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The assumption that millennials have less brand loyalty than previous generations has made the rounds with travel marketers and certainly has credence. But what’s more enlightening is how they conceive and approach loyalty differently from older travelers.
That’s one of the top takeaways from a survey from Adara, a travel data company, which surveyed 3,000 travelers for their booking and loyalty behaviors earlier this year. About half of the survey sample was made up of millennials ages 18 to 34 and the rest were travelers ages 35 and older. Travelers were surveyed online in the U.S., UK, France, Australia, Hong Kong, and Singapore and had taken at least three or more trips during the past year.
Adara found that, among millennials, general travel comparison sites such as Google and booking sites are most commonly used for booking travel versus booking direct (see Chart 1 below), and that brand.com websites are much stronger with the 35 and older traveler demographic, said Elizabeth Harz, CMO and president of media for Adara.
“Some 87 percent of our millennial respondents said that they’re travel influencers for their friends and family,” Harz told Skift. “Meaning that they do research or provide booking assistance for others. I think that’s an interesting nuance for brands to be aware that they’re not only talking to millennials for their own travel, but they have become influential for their extended family and older relatives’ travel as well.”
Harz said there are too many loyalty programs grasping for millennials’ attention, “From our own research we’ve found that a number of millennials had signed up quite early for a credit card that they look at as using the points for travel or selected a specific hotel or airline chain co-branded card.”
“But, specifically the Chase United Visa or something, not just the United loyalty program. They want to take advantage of redeeming points, but look at it more from a financial services perspective versus just solely from a travel brand.”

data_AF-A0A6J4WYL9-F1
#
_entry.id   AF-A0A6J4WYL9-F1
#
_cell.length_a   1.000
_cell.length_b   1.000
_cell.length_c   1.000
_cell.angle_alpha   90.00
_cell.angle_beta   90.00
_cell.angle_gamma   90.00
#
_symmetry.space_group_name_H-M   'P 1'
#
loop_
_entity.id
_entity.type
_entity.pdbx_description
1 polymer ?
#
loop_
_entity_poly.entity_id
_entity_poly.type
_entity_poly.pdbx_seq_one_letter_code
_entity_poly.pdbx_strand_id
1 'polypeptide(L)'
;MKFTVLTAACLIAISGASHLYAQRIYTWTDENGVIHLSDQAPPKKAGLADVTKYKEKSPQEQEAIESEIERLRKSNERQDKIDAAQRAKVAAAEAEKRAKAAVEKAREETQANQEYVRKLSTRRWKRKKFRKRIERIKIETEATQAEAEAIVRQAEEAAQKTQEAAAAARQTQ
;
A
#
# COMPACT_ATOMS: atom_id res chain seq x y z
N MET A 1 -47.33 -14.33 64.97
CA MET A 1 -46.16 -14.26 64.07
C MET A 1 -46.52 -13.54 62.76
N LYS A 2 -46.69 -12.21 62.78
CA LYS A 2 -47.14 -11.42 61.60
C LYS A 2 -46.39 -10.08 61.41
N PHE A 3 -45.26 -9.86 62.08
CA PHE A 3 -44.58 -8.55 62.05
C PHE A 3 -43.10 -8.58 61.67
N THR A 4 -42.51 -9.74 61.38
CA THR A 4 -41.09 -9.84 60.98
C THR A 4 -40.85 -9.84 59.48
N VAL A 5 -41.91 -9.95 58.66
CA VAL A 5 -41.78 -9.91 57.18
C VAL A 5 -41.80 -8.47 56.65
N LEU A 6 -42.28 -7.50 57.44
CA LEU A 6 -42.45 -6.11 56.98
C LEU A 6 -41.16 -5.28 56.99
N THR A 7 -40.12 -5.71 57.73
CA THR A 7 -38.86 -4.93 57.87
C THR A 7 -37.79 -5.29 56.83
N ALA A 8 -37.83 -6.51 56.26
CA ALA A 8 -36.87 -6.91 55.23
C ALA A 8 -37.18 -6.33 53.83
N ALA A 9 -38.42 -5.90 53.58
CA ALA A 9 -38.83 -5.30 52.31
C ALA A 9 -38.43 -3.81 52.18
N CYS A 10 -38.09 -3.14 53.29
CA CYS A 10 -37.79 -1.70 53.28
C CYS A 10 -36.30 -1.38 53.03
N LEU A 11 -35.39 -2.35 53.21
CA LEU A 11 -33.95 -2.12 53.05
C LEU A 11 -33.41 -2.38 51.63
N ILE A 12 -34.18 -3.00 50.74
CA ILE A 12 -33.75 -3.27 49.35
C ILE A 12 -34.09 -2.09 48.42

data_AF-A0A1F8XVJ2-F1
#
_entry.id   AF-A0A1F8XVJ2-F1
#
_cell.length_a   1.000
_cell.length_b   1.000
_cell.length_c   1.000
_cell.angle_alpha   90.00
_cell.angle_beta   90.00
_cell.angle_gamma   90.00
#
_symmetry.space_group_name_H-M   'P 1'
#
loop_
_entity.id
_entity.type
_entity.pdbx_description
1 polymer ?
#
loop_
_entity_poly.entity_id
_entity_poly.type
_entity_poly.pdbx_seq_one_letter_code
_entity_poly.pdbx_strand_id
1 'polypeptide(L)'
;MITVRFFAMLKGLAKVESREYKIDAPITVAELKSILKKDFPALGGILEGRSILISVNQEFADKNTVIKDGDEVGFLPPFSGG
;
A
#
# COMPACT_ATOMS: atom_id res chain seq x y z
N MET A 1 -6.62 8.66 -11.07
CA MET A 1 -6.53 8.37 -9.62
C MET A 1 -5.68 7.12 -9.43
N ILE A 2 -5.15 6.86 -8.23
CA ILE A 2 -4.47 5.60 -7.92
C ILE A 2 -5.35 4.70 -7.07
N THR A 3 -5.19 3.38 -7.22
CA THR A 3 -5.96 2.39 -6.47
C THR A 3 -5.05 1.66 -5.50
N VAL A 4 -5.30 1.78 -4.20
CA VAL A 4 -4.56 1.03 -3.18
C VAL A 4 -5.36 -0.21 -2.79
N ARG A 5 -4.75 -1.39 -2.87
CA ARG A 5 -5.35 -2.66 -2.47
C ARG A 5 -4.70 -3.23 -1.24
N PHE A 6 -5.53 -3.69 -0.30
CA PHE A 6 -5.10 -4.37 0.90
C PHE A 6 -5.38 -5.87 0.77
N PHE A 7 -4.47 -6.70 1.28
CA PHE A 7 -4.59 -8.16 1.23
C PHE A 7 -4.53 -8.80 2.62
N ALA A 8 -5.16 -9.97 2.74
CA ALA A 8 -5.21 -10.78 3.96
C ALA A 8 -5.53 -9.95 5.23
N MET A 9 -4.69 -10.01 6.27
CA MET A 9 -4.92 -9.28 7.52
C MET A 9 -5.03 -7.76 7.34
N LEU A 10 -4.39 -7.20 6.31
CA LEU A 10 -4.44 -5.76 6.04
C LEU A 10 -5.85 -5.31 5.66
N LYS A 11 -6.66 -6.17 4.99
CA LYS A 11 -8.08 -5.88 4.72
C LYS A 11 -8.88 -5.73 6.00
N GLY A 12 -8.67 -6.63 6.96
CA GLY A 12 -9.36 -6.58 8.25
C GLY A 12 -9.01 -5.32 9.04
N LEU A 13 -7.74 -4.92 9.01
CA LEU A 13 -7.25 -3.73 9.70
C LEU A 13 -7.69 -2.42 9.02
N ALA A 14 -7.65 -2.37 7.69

Adara’s research also asked respondents what kind of loyalty experiences interest them, “we found that it is the experience side of it that is most intriguing with millennials with joining loyalty programs. Getting a wine tasting at a Marriott versus getting a fruit bowl. And there are so many ways to accumulate points that points aren’t necessarily a good enough reason to join a program.”
As the correlation between loyalty programs and booking direct continues growing stronger, more than 60 percent of millennial respondents said they’d still consider joining a program and that price isn’t always the dominant factor influencing their booking decisions.
Chart 1: A slightly higher percentage of millennials are booking direct for their flights than for their accommodations. But online travel agencies and other general travel sites such as Google are still used most often with this generation of travelers. The percentages in the charts below are for U.S. millennial respondents in the survey.
Globally, fewer millennial respondents from other countries in the survey (34 percent) said they book flights through a general travel site and 44 percent said they use airline sites for booking. For hotel bookings, more global millennial respondents said they use general travel sites (60%) than U.S. millennials and 22 percent said they use hotels’ sites.
Chart 2: When planning their trips, Google garnered the highest percentage of interest among millennials and travelers ages 35 and older. Note that the traditional, right-hand side column of the chart doesn’t specify the sources referred to, but Adara comfirmed that, from top to bottom, they are brand.com sites, travel magazines and travel TV shows.
Chart 3: It’s not all doom and gloom when it comes to millennials and loyalty. While 39 percent don’t feel that loyalty programs would benefit them, more than 60 percent feel there are advantages to joining these programs.
Chart 4: Millennials tend to care more about price than which airline they’re flying on, but in doing that, they still take the airline into consideration.